Let me see Father. He's not so big as the pirate I killed.


  JOHN:
Wendy, surely Father didn't use to sleep in a kennel?


  WENDY:
Oh, John, I'm so afraid that perhaps we don't remember the old life as well
as we thought we did!


  JOHN
(chilled): It's very careless of Mother not to be here when we come back.


  WENDY:
H'sh! (Pointing through door L.) That's her playing.


  ALEX
(looking): Who is that lady?


  JOHN:
It's Mother.


  ALEX:
Then are you not really our mother, Wendy?


  WENDY:
Oh dear! It was quite time we came back.


  JOHN:
Let's creep in and put our hands over her eyes.


  WENDY:
No, she mustn't know we are back all at once. Let us break it to her gently.



(She whispers a plan to them — then all get
into their own beds and cover selves with the clothes except their heads. They
lie with eyes open exulting till music stops — then at sign from Wendy
they shut eyes and pretend to sleep — Enter Mrs D. R.)




  MRS
D.
(softly): Are you asleep, George? (She sees Wendy in bed
and puts her hand to her heart, for she does not believe that is is really Wendy
— she repeats same action on seeing John and Alex — she looks away
from them.)
I see them in their beds — so often — in my dreams
— that I seem still to see them when I am awake, and all the time I know
they are not there. (Sits C.) I'll not look again. So often in my dreams
their silver voices call me.


  WENDY
(softly): Mother!


  MRS
D.
(without looking — mournfully): That's Wendy!


  JOHN
(softly): Mother!


  MRS
D.
: Now it's John!


  ALEX
(softly): Mother!


  MRS
D.
: Now little Alexander! (As they speak they sit up with outstretched
arms, but she is not looking at them.)
And when they call I stretch out
my arms to them (does so — brings arms together, drops them), but
they never come. They never come!




(Again
her arms are outstretched — the children have risen & stolen towards
her. Wendy slips into the space between her arms, then John then Alex, so that
her arms close on the three of them — Rapture, or possibly there may be
a dramatic song here.)




  CHILDREN:
Mother, Mother, Mother!


  MRS
D.
: It can't be true!


  ALEX:
Mummy, pinch me and I'll pinch you — and so you see it's true. (Repeated
endearments — Darling peeps out of kennel.)


  MRS
D.
: George, they have come back!


  WENDY:
Father, why are you in the kennel?


  DARLING:
It's a long story Wendy, but —


  WENDY:
If it's very long, Father, we'll excuse your telling it, but do come out! (He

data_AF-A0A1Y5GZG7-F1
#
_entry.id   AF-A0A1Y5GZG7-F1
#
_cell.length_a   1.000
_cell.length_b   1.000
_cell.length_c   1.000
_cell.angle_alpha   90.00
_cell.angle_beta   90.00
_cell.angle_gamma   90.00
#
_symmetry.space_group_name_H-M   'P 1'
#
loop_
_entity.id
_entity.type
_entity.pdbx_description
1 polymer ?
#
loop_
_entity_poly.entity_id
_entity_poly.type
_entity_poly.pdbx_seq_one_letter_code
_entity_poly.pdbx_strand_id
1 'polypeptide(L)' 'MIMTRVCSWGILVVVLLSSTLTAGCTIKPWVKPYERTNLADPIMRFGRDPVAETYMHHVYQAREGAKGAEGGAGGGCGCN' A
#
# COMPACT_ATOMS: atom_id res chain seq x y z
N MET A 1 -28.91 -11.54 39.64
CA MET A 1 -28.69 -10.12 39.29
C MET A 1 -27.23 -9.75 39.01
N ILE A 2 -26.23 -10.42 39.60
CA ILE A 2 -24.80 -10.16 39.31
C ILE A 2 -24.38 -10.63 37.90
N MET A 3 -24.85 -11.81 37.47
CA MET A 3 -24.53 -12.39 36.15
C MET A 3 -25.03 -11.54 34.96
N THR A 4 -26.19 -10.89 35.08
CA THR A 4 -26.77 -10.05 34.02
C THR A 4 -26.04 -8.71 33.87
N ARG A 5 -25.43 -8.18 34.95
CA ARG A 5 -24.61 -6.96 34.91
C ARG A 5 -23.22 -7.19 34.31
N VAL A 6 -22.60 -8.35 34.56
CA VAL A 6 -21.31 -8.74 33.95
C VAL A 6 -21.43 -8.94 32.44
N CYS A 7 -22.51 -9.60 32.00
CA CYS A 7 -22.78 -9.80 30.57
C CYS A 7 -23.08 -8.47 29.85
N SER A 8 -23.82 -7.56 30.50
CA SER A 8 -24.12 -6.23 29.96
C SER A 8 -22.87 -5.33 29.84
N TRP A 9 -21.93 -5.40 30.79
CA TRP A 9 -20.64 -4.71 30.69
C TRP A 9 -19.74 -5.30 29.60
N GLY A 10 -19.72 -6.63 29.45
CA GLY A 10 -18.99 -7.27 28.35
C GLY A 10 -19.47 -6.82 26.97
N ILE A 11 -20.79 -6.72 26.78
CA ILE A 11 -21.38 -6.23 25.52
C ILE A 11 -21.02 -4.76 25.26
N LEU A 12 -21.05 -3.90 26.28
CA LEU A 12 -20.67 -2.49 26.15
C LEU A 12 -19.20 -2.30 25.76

is reluctant.)


  MRS
D.
: George! (She makes the sounds with which one wheedles a dog —
so do the others. John whistles — Darling slowly emerges with some straw
sticking on him.)


  DARLING
(feeling awkward): I feel as if I were standing on my hind legs.


  MRS
D.
: Dear, the children are waiting.


  DARLING:
One moment, while I say goodbye to an old friend. (Looking at kennel.)
In those days of hard competition, it was rather jolly in there. (Putting
hand on kennel.)
Old friend — old home — never again! (Stretching
out arms.)
My children! (Embraces them — Nana enters R.)


  CHILDREN:
Nana, it's yours again. (Nana joyfully goes into kennel — looks out
with French novel in mouth.)


 *DARLING
(taking it): Thank you.


  JOHN:
Father, we've had such adventures!


  ALEX:
I killed a pirate, father!


  DARLING
(a little bitterly): Alexander will sign the autograph books now!


  TOOTLES
(appearing at Wendy): Wendy — we can't hold on to the spout any
longer.


  MRS
D.
(startled): Why — who — what —


  WENDY:
It's all right, Mummy, they are just a few motherless boys we have brought back
with us.


  MRS
D.
: But, my love —


  WENDY:
Come in, boys. (All come in hat in hand and carrying their bundles —
they stand timidly in a respectful row.)
Boys, this is my mother.


  SLIGHTLY:
She's a beauty!


  TOOTLES:
I choose that one — which one do you choose, Nibs?


  NIBS:
That one. Which one do you choose, Curly?


  CURLY:
That one. Twin, which —


  WENDY:
Boys, I'm very disappointed in you after all I've told you. You don't choose
a real mother — you — you just get her. Isn't that the way, Father?


  DARLING:
That's the usual way, boys, and if you will — ah — sit down —


  TOOTLES:
Please, sir, we think Peter wouldn't like us to sit down till he tells us?


  DARLING:
Peter? Is there another one?


  WENDY:
Oh yes, Father, and he's frightfully important. (The noise of a great
crowd is heard without — Darling runs to window & looks out.)


  DARLING:
The street is crowded with ladies — all trying to get in at our door!


  WENDY:
That's the beautiful mothers. We advertised that if the twenty most beautiful
mothers would come to this house they would hear something to their advantage.


  DARLING:
Twenty! There are thousands of them. Helen and the cook are charging them with
brooms, and some of them are not so beautiful as they were. There's a little
boy, what's he doing?


  WENDY:
That's Peter, and he's picking out the twenty prettiest ones. Of course you'll